Using public records of grocery store locations and vehicle ownership, the USDA has mapped the locations of “food deserts,” regions where people lack access to decent food. Such areas have been popular to talk about and speculate about, but this is the first effort that I’m aware of to actually locate and measure them. →
- Science News: Columbus Blamed For Little Ice Age
Here's a fun theory of the origin of the Little Ice Age, lasting from around 1550–1850: that massive losses of New World population, as a result of disease spread by explorers, resulted in reforestation of huge swaths of the Americas, removing billions of tons of CO2 from the atmosphere, decreasing its capacity to hold heat. The theory itself isn't new—it was first proposed six years ago—but this new theory is based on a combination of evidence that CO2 levels dropped then and archeological evidence that charcoal accumulation plummeted during the period, evidence that the smaller populations weren't burning trees to clear land for crops. No doubt the link between exploration and climate would have struck people as impossible at the time. Kind of like how many Republicans will feel about it now.
- LA Times: Dietary supplements linked to higher risk of death in older women
A longitudinal study published in the Archives of Internal Medicine has found that women who take multivitamins regularly die younger than those who do not. Of all of the supplements studied (B6, folic acid, magnesium, zinc, copper, iron, and more), only calcium appeared to lower the risk of death. More and more data show that supplements simply aren't useful, save for to compensate for a shortage resulting from a health problem, and prescribed by a doctor.
- AP: Nearly half of US households escape fed income tax
Republicans are complaining about how 46% of Americans pay no income tax, despite that the fact that half of them make no payments because of income tax cuts that Republicans championed and, in many cases, enacted. (The other half have little to no income, which makes criticism of their lack of payments particularly heartless.) "I'm so angry that my agenda has been enacted!"
- Chattanooga Times-Free Press: 96-year-old Chattanooga resident denied voting ID
Dorothy Cooper even managed to vote under Jim Crow, but the Tennessee Republican Party has proved to be one obstacle she can't overcome. She's never driven, so she has no driver's license. She tried to get a photo ID, but she has to present her marriage certificate, and she got married a long, long time ago, and doesn't know where to find that. I guess the new photo ID laws are working just as intended.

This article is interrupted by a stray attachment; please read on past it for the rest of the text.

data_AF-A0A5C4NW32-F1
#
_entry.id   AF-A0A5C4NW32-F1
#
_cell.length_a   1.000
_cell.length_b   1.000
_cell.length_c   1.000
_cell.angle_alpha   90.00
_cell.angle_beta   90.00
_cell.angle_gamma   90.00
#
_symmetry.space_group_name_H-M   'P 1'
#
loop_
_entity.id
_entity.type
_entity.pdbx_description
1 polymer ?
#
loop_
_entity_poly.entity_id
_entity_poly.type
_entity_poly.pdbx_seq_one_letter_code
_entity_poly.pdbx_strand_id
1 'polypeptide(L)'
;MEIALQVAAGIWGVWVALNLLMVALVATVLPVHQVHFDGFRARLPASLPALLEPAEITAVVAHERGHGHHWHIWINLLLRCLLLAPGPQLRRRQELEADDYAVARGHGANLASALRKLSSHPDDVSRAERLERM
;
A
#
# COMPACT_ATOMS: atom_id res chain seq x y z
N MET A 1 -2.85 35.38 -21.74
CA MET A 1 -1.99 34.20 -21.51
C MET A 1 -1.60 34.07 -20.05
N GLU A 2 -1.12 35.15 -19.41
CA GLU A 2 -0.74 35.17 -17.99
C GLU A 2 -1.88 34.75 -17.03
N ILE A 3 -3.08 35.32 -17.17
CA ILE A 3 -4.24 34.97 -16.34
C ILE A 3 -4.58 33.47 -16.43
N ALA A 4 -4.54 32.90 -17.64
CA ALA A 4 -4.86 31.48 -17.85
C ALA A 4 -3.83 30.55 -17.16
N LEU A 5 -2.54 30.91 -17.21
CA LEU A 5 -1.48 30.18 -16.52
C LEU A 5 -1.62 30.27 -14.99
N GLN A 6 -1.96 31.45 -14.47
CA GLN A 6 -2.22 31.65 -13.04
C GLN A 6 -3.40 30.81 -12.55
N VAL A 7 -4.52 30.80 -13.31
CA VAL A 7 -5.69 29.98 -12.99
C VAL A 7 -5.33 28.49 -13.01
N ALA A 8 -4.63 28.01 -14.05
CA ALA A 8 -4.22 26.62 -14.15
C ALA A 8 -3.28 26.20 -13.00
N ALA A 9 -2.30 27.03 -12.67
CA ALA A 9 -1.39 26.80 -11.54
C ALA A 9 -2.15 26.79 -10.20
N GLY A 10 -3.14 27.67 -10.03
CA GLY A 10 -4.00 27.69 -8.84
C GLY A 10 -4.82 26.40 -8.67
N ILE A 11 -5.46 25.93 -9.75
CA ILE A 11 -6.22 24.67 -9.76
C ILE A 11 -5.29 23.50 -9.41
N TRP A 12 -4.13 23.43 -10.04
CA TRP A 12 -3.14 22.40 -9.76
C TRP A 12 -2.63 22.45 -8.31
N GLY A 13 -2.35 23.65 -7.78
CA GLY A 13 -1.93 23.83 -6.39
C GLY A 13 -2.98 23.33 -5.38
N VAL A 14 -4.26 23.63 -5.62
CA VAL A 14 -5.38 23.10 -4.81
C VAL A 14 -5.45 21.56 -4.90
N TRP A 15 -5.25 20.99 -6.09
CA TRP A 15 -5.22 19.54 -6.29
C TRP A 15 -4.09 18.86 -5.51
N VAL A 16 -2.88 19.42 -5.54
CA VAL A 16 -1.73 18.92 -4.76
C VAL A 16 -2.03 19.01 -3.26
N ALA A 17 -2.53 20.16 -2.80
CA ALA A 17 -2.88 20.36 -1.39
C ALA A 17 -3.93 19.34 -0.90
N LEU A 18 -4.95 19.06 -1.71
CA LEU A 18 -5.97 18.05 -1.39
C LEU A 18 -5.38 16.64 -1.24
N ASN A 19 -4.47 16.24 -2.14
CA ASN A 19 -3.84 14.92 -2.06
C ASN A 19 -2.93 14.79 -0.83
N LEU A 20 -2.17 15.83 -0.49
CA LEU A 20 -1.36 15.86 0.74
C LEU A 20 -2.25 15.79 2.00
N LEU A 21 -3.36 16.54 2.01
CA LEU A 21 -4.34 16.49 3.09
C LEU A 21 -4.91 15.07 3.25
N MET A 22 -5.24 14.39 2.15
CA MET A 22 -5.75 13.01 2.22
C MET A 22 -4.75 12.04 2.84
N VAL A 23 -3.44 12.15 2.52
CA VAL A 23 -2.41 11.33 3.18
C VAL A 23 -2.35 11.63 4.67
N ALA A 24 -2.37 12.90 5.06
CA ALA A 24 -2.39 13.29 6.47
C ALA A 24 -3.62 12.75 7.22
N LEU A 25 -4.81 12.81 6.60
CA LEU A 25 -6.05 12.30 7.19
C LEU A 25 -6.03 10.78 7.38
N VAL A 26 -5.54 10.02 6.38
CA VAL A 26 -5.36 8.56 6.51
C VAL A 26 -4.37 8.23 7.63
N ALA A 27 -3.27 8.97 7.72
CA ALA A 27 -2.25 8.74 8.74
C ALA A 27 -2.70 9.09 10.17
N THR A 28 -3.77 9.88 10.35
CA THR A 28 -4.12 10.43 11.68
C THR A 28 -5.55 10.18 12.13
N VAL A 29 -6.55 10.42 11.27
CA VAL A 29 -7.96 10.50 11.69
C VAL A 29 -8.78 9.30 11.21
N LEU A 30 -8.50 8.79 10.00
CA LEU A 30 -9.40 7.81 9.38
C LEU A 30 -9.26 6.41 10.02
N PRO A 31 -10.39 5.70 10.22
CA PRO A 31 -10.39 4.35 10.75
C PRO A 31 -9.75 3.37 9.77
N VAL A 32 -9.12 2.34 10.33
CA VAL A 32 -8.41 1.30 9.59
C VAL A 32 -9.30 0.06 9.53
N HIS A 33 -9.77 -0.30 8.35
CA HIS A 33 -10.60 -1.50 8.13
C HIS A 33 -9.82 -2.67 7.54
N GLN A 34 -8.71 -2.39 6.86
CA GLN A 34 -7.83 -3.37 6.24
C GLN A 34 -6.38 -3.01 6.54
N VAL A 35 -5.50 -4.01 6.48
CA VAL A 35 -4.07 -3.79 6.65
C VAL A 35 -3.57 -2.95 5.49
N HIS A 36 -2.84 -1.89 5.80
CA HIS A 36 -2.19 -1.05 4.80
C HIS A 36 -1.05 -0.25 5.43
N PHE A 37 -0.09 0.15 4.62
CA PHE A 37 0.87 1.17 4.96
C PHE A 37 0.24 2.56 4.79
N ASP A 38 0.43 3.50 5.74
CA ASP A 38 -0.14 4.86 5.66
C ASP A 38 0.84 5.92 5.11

- Flickr: Fed Up with Lunch
A Flickr stream of nothing but photos of what passes for school lunch in the Chicago Public Schools. Parents never see what the kids get for lunch, but this teacher did. I'd love to see somebody do this in area schools. Heck, the schools should be willing to do it themselves.
- New York Times: After Ruling, Hispanics Flee an Alabama Town
Alabama's new immigration law has left crops rotting in their fields, farmers unable to find workers. Business at grocery stores and restaurants has evaporated. Hundreds (thousands?) of people working perfectly legal have gotten the message loud and clear: Latinos are not welcome in Alabama. So they're packing up and moving.
In the New York Times, Tara Parker-Pope looks at the (possible) false hope of vitamin supplements. Vitamins are essential—we’d quickly die without them. But it’s looking increasingly likely that vitamin supplements—vitamins in pill form—are significantly less effective than vitamins that occur naturally, in food. Vitamins may be what allow our bodies to avoid the sorts of diseases that occur in their absence (scurvy and rickets, for example), and are likely help for people who lack the ability to produce or process vitamins in food, due to age or ailment. But they’re apparently useless in preventing cancer, heart disease, etc. And they can even be harmful. A massive dose of vitamin C does nothing to prevent colds. High rates of beta carotene are correlated with lung cancer. People’s faith in vitamins exceeds the science.
The moral of the story? Get your nutrition from food. If you think you need vitamin C, have an orange. Need some beta carotene? Eat a carrot.
I just saw a sort of a jaw-dropping commercial run by the Corn Refiners Association to promote corn syrup. One woman is telling another that it’s probably not a good idea to give her child a drink from a gallon jug of one of those “fruit drinks” (that come in such flavors as purple and green), since it’s just water and corn syrup. The drink-pouring woman objects, saying that corn syrup is “all natural” and “made from corn.” The ad points viewers to their SweetSurprise website. The claims that they’re making are both accurate and terribly misleading. The good news, I suppose, is that enough people are finally noticing that corn syrup is trouble that the industry feels the need to fight back.